Scammers are leveraging the promise of customer feedback as part of a scheme to extort US $3 million from 5,000 major companies.
This newest ruse boils down to ICANN’s decision to create the
.feedback top-level domain (TLD). Sure, companies can use the TLD to set up a website where they can invite users to comment on the services they provide. But that’s assuming they’re the first to register a
.feedback domain for their brand.
To illustrate, take a look at the following image:
The above graphic is a screenshot of
google.feedback. While the domain bears Google’s name, the Mountain View-based tech giant had nothing to do with setting up the website. It’s the work solely of scammers.
These individuals have registered
.feedback domains for 5,000 major companies. Visitors to those websites can submit feedback that the victim companies can’t automatically view. Indeed, many businesses probably don’t know the sites even exist.
But in the event they do discover the
.feedback domains, that doesn’t mean the companies don’t have a say in the matter. Tom Limoncelli of Everything Sysadmin clarifies that point:
“If they do discover it, they are given a choice: Pay $20/month to receive the feedback, or pay $600/year to take the web site down. Of course, there is a free option: Just let the site remain and suffer as people send their feedback and feel ignored.”
Assuming every company pays, the scammers would walk away with $3 million. That’s not bad considering it probably cost them at most $60,000 to register the domains at $10-$12 a piece.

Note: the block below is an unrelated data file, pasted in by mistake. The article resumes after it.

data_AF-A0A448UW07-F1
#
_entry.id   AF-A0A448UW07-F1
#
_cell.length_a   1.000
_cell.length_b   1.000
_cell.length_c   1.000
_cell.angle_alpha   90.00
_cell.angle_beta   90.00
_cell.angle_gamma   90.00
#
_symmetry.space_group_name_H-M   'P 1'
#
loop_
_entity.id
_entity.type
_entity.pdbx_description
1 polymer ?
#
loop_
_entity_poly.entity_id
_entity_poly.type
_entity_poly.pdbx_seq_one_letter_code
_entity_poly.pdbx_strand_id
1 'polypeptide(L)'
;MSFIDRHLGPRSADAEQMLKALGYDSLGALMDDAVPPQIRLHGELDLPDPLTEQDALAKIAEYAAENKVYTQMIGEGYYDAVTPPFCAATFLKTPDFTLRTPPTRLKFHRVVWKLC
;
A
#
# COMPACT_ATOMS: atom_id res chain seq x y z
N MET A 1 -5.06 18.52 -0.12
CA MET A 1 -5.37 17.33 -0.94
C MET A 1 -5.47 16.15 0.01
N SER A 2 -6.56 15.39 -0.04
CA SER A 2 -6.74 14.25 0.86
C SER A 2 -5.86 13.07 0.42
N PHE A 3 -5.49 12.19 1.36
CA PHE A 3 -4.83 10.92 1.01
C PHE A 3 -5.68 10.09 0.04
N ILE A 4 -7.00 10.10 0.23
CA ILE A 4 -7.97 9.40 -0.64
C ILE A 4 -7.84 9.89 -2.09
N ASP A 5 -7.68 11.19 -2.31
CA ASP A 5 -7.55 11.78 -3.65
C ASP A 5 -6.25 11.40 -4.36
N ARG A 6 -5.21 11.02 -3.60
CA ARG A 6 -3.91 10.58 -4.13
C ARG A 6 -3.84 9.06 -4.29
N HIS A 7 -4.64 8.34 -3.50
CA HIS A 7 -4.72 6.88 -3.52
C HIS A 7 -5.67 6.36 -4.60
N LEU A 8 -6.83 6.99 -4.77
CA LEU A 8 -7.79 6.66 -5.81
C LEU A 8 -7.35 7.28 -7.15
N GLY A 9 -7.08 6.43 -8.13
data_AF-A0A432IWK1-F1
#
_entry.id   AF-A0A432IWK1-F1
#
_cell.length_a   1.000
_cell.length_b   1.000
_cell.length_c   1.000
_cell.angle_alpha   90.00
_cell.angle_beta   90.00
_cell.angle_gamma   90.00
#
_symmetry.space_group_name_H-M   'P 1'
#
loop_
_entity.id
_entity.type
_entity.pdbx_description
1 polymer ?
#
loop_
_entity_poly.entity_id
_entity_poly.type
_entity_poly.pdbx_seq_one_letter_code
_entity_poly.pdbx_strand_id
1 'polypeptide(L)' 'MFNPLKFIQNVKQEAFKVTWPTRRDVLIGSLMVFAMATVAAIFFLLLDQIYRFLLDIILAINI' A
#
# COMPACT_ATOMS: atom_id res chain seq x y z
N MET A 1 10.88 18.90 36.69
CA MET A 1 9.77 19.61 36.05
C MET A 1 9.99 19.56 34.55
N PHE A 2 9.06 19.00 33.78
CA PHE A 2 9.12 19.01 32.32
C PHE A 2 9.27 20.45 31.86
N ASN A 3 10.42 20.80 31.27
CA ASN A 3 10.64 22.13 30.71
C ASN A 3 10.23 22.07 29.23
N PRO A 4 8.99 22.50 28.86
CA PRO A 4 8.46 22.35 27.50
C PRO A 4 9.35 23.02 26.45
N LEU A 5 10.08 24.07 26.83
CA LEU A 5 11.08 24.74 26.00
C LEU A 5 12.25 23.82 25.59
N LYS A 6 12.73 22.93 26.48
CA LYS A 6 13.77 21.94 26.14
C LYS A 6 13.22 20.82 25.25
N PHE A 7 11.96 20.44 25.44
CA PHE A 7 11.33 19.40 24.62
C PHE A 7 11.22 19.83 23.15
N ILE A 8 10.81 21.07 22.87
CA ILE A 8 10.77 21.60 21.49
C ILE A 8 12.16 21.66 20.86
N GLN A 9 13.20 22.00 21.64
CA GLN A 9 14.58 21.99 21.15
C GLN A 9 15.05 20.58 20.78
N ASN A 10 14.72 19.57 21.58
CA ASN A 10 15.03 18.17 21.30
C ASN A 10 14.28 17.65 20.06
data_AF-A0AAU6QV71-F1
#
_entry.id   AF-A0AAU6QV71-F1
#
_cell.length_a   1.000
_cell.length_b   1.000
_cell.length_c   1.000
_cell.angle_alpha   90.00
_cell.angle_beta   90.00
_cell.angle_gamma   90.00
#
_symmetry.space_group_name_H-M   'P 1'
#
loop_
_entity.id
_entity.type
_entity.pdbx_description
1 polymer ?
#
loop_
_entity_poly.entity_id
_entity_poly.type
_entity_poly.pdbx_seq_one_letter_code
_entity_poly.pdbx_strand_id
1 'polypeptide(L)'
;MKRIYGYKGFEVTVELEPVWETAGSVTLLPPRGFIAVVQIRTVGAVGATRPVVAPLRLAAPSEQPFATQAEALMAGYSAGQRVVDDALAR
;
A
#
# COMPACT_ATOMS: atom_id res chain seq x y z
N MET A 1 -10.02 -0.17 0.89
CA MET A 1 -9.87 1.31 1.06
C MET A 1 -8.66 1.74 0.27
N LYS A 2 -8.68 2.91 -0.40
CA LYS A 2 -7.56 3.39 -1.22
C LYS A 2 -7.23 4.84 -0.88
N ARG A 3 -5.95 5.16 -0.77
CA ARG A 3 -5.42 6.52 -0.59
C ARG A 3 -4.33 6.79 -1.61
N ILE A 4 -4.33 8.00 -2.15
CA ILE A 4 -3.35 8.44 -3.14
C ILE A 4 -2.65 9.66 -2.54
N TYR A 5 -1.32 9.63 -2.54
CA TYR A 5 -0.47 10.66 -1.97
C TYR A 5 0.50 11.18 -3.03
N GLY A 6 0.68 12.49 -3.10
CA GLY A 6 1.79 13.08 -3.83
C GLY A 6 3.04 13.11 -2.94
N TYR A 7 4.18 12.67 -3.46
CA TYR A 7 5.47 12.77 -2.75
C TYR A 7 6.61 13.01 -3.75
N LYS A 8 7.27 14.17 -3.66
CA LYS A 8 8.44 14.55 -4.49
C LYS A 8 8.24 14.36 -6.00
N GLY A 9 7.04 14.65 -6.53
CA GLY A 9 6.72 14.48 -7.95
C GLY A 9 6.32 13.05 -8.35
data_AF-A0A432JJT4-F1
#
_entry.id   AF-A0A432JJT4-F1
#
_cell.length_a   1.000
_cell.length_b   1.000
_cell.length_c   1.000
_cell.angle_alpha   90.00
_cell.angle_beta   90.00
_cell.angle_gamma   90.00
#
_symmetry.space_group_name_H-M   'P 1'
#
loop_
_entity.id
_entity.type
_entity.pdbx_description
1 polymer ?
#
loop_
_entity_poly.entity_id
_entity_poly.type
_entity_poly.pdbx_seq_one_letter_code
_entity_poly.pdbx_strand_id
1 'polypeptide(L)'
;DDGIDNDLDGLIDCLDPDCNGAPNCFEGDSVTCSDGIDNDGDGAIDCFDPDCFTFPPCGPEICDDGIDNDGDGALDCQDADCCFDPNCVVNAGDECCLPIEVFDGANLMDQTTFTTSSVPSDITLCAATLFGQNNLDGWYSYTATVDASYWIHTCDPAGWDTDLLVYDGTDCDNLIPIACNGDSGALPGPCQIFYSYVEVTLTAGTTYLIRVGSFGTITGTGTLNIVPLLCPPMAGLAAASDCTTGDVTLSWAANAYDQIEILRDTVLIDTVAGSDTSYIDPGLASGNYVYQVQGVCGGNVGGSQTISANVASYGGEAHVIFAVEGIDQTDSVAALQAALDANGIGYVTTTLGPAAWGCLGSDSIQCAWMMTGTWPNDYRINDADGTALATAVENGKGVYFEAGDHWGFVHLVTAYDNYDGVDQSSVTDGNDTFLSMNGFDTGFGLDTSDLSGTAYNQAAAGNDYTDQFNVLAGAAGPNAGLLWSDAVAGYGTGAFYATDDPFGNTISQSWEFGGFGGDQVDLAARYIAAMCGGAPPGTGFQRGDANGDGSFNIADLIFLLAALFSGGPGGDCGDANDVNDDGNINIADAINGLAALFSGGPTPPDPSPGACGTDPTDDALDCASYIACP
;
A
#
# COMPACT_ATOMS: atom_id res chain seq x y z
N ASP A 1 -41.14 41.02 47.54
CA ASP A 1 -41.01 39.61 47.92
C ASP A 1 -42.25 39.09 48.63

But let me be clear: none of the companies should pay to have the sites taken down. Instead they should file separate complaints with the Internet Corporation for Assigned Names and Numbers (ICANN). If it receives a sufficient number of reports indicating abuse, ICANN might respond by disabling
.feedback as a TLD.
That would probably be for the best.
Affected companies should also look to control the narrative by creating their own feedback channels hosted on their websites. Such a move wouldn’t prevent some users from looking up their misused
.feedback domains. But it would communicate the companies’ willingness to receive and respond to users’ feedback.
Over time, these channels could ultimately overshadow the
.feedback sites even if ICANN decides not to disable the TLD.
Found this article interesting? Follow Graham Cluley on Twitter or Mastodon to read more of the exclusive content we post.
2 comments on “Feedback scammers attempting to extort millions from 5,000 major companies”
Graham – Would you advise companies to pre-register their "MyCompany.Feedback" domain name as a defensive measure? Or, should we wait and see what ICANN decides to do?
I wouldn't bank on ICANN actually doing anything, They've had their cut…
Though this looks more promising than they have been in a long time http://www.circleid.com/posts/icann_spam_offenders_knujon_report/